The Alsace Wine Route – Photo Essay

With vineyards on rolling hills that stretch into the horizon, small medieval villages scattered in the region and castles and forts perched on top of small mountains, the French Alsace is among the world’s most picturesque wine regions.

When I first arrived in Alsace I couldn’t believe my eyes – the scenery and towns were the kind I didn’t think existed anymore; pastel colored half-timbered houses line the sides of cobblestone alleys with basement restaurants serving wine from the surrounding vineyards.

It’s like a storybook, only difference is that it’s actually real, and authentic. Unlike many places in the world that have become open-air museums, the towns of Alsace are real and alive.

During WWII many towns and cities in Europe were burned to the ground, and historic beauty was rarely a good enough excuse for a town to be spared.

Colmar, however, was an exception, and the American and British military were careful not to bomb the quaint cobbled town – while other villages in the Alsace region were destroyed, many are still intact and lovingly cared for to continue preserving its medieval beauty.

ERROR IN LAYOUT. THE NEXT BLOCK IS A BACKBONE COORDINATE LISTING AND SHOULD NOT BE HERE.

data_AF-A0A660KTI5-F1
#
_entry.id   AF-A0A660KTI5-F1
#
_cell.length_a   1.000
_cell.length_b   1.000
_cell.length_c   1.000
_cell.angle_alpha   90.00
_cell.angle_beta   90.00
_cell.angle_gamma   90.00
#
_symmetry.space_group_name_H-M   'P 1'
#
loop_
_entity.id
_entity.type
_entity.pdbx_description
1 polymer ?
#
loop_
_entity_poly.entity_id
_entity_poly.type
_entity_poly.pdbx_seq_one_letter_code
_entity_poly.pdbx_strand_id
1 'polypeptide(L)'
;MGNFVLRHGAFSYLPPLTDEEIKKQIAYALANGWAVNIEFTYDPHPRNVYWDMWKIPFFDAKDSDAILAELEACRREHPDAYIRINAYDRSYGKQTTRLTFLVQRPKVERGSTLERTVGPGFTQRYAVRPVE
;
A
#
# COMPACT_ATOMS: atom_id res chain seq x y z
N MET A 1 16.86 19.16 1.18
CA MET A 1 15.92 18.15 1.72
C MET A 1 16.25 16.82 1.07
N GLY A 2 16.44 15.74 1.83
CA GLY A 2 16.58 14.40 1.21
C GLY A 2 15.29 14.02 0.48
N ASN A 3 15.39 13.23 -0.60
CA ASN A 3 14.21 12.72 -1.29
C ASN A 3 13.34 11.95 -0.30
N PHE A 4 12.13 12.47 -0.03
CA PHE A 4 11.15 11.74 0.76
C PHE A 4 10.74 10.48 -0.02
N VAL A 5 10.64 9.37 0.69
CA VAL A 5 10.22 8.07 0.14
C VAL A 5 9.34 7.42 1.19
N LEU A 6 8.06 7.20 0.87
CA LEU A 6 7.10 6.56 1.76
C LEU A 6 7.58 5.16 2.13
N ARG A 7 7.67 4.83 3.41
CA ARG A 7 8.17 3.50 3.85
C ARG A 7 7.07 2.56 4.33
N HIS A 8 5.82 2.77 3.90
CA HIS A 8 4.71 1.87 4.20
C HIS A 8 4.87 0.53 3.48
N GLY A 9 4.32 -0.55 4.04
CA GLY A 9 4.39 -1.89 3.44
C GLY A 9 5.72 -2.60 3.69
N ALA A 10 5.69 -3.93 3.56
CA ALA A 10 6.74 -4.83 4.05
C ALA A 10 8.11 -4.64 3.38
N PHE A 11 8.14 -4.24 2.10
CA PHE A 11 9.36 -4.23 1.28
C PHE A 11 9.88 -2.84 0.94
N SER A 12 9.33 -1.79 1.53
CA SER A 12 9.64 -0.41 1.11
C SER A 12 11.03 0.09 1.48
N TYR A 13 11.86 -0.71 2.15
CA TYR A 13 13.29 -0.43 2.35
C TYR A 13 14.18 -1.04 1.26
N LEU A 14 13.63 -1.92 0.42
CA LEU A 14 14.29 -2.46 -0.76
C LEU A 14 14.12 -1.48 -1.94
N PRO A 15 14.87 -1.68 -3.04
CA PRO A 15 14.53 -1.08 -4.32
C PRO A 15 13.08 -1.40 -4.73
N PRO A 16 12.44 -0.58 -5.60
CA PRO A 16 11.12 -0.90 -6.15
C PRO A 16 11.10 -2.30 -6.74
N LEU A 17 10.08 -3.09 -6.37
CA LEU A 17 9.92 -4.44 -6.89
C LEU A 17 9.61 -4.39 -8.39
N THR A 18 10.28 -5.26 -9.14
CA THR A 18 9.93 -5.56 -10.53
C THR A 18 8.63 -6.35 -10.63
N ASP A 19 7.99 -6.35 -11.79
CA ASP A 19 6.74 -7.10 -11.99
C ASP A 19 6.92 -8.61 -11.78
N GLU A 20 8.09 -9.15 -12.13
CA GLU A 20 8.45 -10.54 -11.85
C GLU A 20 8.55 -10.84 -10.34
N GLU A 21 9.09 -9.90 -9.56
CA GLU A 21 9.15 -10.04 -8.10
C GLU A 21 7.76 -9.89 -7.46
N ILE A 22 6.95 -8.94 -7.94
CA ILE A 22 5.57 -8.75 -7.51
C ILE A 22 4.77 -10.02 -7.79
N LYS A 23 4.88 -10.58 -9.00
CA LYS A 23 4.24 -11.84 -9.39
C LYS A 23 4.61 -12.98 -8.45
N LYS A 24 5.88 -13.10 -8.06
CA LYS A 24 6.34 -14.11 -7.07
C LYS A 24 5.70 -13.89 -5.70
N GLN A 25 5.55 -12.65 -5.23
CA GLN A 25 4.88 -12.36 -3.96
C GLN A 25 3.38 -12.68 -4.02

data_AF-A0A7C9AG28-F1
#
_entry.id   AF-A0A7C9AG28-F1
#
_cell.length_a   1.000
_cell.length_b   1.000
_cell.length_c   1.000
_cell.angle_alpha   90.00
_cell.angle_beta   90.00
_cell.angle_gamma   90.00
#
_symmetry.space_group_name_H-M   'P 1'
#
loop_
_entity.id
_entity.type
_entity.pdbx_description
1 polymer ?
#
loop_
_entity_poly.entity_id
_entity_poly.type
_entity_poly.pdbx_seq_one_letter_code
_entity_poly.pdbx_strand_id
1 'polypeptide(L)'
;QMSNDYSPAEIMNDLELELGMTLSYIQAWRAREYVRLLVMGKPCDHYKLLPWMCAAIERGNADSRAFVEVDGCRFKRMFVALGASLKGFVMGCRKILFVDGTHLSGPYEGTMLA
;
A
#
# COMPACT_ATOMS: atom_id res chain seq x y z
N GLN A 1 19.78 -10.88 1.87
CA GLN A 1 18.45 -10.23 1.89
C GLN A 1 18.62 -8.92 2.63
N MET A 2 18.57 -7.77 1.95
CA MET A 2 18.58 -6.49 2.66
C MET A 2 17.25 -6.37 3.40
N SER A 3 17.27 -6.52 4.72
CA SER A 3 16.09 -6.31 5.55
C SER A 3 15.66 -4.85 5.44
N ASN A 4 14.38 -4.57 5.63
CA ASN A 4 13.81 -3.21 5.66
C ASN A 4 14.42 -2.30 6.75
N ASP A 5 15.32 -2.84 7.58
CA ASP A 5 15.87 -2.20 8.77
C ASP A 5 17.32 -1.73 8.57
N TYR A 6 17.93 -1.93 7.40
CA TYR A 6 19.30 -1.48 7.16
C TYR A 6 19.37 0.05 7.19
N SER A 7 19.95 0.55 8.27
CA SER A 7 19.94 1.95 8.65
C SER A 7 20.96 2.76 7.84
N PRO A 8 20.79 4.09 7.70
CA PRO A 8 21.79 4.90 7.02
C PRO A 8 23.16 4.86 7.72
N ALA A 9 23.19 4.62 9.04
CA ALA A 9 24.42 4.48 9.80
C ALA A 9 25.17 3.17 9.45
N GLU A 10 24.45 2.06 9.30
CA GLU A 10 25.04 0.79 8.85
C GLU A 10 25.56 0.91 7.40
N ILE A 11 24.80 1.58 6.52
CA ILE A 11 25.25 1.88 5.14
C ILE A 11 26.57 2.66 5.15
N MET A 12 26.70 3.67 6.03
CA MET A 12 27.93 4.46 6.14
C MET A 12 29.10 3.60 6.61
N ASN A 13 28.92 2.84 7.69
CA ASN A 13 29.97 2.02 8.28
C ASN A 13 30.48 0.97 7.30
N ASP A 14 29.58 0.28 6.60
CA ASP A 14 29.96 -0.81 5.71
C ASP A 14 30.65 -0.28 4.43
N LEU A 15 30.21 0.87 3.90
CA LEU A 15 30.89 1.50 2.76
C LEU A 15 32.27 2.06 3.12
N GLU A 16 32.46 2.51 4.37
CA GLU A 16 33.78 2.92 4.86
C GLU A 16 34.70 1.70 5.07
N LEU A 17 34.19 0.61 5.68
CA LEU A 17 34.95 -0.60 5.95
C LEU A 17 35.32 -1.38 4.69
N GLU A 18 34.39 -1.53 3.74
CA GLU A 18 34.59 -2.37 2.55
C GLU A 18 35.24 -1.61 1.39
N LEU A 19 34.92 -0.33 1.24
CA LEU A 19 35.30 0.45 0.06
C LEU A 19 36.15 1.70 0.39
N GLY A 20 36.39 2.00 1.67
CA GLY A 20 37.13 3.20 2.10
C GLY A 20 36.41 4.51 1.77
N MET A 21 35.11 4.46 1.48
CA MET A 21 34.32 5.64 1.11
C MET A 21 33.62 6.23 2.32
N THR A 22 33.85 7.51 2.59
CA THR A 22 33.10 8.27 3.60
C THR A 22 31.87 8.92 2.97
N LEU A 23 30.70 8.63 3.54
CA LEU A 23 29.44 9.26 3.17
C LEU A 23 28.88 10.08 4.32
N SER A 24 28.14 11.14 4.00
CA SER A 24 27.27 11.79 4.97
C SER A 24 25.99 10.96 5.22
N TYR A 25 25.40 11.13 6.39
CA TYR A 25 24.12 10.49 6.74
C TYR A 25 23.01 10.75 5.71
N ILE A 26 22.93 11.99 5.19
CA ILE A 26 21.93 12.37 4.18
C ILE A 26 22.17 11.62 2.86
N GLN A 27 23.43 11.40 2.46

Today, Colmar is thriving, and the surrounding villages continue with their wine business as they have for hundreds of years already. Time really does seem to stand still in this part of the world.

The quiet atmosphere and pastel colored houses with overflowing flower boxes by every window make these little villages the perfect places to sit down and enjoy a glass of wine, harvested literally from around the corner.

Two very picturesque villages that are located close to the larger Alsatian town Colmar are Eguisheim and Riquewihr, but there are dozens more to choose from.

I’ve always been a red wine kind of girl, but since I was in the white wine capital of France I knew I should at least try some, and turned out loving the Riesling and Gewürztraminer, they were spicy and refreshing.

They do make one red wine though, Pinot Noir, which I highly recommend tasting!

The easiest way to get around is by car, but there is a bus going from Colmar to Riquewihr a few times per day so it is possible if you do some planning in advance (the ride takes 30 min, €6 return).

Alsace’s unique culture mix is one you won’t be able to find anywhere else in the world, and I highly recommend you take some time when traveling in France (or Germany for that matter!) to check out the quaint Alsace region.